In July 2019, the ACC toured their glorious program Terra Australis – Land of the Imagination though Europe, receiving much approval and admiration for the thematic historical connections of music which ran parallel with earthly exploration and voyages of discovery. So it could have been almost expected that the creative designs of director Douglas Lawrence would transport the ACC and its audience musically and spiritually from terra firma to the firmament above with this new program. In the Sistine Chapel, a fresco by Perugino depicts Christ with the twelve Apostles, handing Peter “the keys of the kingdom of heaven”.
This program selected certainly is spiritual and divine. Today in St Mary’s Basilica the angels sang.
Palestrina’s Tue es Petrus began our sonic journey, with the female voices first establishing prayerful, calm, smooth call and response statements. Rising scale passages demonstrated the exemplary word painting in Palestrina’s setting of St. Matthew’s biblical lines, and the imitation of the voices established today’s spiritual and dreamlike setting. Canon-like entries were beautiful and equally balanced, touching our spirits with purity and grace in the Ave Maria of Josquin des Prez, as the four voices flowed with a light and airy quality. The Amen was full of grace with a floating, lingering, suspension of sound in the final chord.
It must be tempting for some concert performances of the traditional Catholic Mass to exaggerate the powerful colours of the text of the Gloria, to become jubilant and forthright in the Sanctus, Benedictus and Hosanna, or be grounded and dramatic in the suffering and death of Christ in the lines of the Credo. Palestrina’s Missa Aeterna Christi Munera allowed the ACC to perform with a flowing consistency of gentleness, simplicity and flowing light and grace. Music for the soul. Crescendos in rising scale passages were effective but gently restrained, and peace and calm prevailed. The Hosanna showed more affirmation but maintained today’s atmosphere of peace and the continuity of calm prayerfulness.
Most striking was the skilful vocal technique of the ACC shown in the final lines of Agnus Dei, dona nobis pacem, as the contrasting verse seemed to pause on a cloud with sudden softness and stillness. Each voice made a more accented and pronounced entry with the first notes of the phrase, before retreating and blending back into the polyphonic lines. Stars emerged and stars faded brilliantly.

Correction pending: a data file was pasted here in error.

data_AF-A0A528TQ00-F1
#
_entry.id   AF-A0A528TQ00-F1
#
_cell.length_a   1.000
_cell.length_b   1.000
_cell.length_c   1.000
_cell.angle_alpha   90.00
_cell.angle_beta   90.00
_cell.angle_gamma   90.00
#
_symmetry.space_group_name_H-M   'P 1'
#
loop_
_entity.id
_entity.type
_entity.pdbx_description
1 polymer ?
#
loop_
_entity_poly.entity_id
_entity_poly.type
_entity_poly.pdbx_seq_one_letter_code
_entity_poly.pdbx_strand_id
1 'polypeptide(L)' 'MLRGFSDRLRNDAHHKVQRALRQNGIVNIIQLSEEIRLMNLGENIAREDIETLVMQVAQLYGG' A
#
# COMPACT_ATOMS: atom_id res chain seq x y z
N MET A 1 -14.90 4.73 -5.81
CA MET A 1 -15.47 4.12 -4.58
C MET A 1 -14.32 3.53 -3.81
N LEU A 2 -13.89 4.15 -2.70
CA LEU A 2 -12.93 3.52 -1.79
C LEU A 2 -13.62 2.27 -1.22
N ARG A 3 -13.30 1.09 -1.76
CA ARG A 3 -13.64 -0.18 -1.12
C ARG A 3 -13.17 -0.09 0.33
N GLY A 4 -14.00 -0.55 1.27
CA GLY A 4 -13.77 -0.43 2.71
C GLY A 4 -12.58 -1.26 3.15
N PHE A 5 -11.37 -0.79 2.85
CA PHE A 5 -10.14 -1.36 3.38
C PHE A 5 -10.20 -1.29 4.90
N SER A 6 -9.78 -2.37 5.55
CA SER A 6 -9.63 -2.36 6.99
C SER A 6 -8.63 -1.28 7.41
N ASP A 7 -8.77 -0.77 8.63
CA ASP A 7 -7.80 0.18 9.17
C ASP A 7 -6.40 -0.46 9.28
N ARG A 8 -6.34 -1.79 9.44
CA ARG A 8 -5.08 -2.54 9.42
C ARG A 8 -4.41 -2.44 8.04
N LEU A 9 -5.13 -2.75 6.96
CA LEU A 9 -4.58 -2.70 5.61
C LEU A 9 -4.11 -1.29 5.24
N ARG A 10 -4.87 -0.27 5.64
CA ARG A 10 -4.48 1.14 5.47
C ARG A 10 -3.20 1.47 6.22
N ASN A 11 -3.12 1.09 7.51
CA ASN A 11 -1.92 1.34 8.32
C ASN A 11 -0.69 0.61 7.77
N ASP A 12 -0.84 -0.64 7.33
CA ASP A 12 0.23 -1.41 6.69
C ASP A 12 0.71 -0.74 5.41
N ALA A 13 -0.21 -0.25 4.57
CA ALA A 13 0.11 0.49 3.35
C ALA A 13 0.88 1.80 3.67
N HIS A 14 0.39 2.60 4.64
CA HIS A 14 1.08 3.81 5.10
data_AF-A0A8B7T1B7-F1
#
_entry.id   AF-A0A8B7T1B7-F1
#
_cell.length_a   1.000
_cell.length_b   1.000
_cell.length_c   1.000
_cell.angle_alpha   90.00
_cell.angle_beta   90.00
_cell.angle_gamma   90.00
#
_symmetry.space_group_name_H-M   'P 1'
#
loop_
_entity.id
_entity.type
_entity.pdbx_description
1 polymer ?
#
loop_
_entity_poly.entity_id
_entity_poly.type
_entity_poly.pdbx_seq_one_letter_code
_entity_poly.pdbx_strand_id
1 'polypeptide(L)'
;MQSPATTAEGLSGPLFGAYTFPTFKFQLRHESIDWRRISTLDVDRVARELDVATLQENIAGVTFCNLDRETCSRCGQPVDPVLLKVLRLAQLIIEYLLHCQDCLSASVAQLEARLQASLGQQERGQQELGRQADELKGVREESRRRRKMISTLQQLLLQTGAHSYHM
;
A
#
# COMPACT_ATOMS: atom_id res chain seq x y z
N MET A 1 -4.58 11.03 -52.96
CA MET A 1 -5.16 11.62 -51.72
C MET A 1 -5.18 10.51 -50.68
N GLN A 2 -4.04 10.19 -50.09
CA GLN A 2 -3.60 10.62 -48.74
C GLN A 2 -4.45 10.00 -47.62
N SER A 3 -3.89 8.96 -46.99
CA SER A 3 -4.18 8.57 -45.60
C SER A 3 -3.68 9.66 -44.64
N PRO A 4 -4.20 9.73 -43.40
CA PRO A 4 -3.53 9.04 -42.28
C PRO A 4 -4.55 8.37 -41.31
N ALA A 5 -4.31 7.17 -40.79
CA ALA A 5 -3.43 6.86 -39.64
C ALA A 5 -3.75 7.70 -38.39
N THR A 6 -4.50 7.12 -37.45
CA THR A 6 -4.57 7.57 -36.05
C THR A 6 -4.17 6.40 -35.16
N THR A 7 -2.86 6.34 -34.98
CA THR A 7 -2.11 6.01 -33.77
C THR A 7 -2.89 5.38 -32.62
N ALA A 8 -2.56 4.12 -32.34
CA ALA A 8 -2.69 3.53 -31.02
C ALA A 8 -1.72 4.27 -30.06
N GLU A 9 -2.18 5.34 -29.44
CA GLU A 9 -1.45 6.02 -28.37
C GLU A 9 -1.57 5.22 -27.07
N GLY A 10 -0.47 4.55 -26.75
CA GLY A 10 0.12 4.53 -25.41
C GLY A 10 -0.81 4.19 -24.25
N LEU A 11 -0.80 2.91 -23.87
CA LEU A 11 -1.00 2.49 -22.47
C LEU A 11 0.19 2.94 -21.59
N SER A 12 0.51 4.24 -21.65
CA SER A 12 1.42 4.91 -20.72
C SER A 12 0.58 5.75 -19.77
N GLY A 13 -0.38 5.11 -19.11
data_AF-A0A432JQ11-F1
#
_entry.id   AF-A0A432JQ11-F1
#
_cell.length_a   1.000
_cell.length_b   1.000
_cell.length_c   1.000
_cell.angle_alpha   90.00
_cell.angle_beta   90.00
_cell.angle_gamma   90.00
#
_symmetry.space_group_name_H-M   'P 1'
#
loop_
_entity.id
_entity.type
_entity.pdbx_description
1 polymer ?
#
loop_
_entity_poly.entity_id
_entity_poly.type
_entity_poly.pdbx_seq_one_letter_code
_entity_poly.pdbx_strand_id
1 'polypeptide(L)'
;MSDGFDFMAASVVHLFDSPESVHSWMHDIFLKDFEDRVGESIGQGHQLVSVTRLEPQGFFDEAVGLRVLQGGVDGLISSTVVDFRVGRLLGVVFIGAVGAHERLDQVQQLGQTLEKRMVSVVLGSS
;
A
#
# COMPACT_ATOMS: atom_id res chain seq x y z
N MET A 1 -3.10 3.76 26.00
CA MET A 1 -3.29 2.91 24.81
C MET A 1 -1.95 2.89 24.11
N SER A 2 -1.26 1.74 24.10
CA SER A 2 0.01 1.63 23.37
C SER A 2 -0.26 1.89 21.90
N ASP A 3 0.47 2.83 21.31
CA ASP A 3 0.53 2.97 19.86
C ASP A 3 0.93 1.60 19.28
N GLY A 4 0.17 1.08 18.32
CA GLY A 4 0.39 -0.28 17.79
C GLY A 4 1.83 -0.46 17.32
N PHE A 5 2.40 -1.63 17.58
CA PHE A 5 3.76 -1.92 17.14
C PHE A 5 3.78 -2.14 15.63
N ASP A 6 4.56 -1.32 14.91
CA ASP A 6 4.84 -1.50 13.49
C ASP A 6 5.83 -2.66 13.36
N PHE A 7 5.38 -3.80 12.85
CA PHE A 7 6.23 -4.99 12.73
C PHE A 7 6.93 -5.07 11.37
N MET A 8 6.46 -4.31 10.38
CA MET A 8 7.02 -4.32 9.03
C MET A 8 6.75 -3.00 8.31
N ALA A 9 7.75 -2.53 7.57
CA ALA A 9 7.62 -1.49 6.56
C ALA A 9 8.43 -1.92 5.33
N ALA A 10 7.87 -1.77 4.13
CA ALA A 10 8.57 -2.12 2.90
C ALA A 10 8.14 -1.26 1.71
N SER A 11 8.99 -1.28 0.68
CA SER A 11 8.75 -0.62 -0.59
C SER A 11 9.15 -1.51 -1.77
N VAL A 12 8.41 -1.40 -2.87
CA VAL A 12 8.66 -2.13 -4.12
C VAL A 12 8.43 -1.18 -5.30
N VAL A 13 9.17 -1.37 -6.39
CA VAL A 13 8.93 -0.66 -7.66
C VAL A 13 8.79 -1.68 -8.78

Following the Interval, two well-loved and famous a capella classics – Allegri’s Miserere and Victoria’s O Magnum Mysterium – allowed the ACC more intense expression and breadth of tone as the rich sonorities and passion in the voices resonated through the church’s arched vaults. Misere was a fine demonstration of blend and colour, notably here with the male voices, and truly celestial was the luminous voice of soprano Elspeth Bawden, as her fine solo lines today were outstanding. There was bell-like magic in the final chords, and a beautifully conducted tempo, restrained yet free in expression as the lines of the text were spaced to enhance the silences between entries. O Magnum Mysterium was also an example of the best execution of late Renaissance polyphony, with reverential, soaring lines. During the appreciative applause, one devoted concert-goer to the ACC’s many programs said, “They really nailed that one!”
By the Italian master of the unaccompanied madrigal, Luca Marenzio, three texts provided the scope for sensuous melody, clear-cut harmony and rhythm, and colourful expression. These secular texts still provided rich vocal word-painting and dramatic contrasts, often with one voice to a part, never a problem for this accomplished ensemble. The melancholic Crudel, perche mi fuggi? (Heartless woman why do you avoid me?) contrasted with the more earthy punctuation of rhythm and pulse in Scaldava il sol di mezzo (The Midday Sun) and the poetry and delicacy of Non Vidi . (I never see the wandering stars move.)
With over 250 performances and 7 concert tours of Europe since it was established in 2007, the ACC continues its path to heavenly heights with an excellently curated choice of music, precise technical skill and beautiful expression which never fails to take our spirits to another place. The final work, written by Allegri for the Sistine Chapel, was the motet for double choir, Christus Resurgens, sung with the grandeur and rich vocal timbres of a reverential hymn, rejoicing the Resurrection of Christ. The connection of earth to heaven today was complete with the high spirited final Alleluia which ended the program.
Always generous and responding to the enthusiasm from the ever-growing audience in Geelong, Lawrence continued the journey with an encore which provided another out-of-this world vocal experience: the 8-part Nunc Dimittis (Lord, Now let thy servant depart in peace…) by Gustav Holst, written for the choir of Westminster Cathedral and first performed in 1915 on Easter Sunday. Widely spaced blocks of chord are hymn-like, the plainchant is timeless, and the parts eventually move in contrary motion to a close and final resolution. One more ethereal delight in Keys of Heaven.
Keys to Heaven will be again performed
Macedon Sat 16th Nov
Brighton Sun 17th Nov
Middle Park Sun 24th Nov
Julie McErlain reviewed the Australian Chamber Choir’s Keys to Heaven at the Basilica of St Mary of the Angels, Geelong, on Sunday 3 November, 2019. Classic Melbourne apologises for the delay in publishing Julie’s excellent review.
Photo: The crest on the Basilica of St Mary of the Angels, Geelong.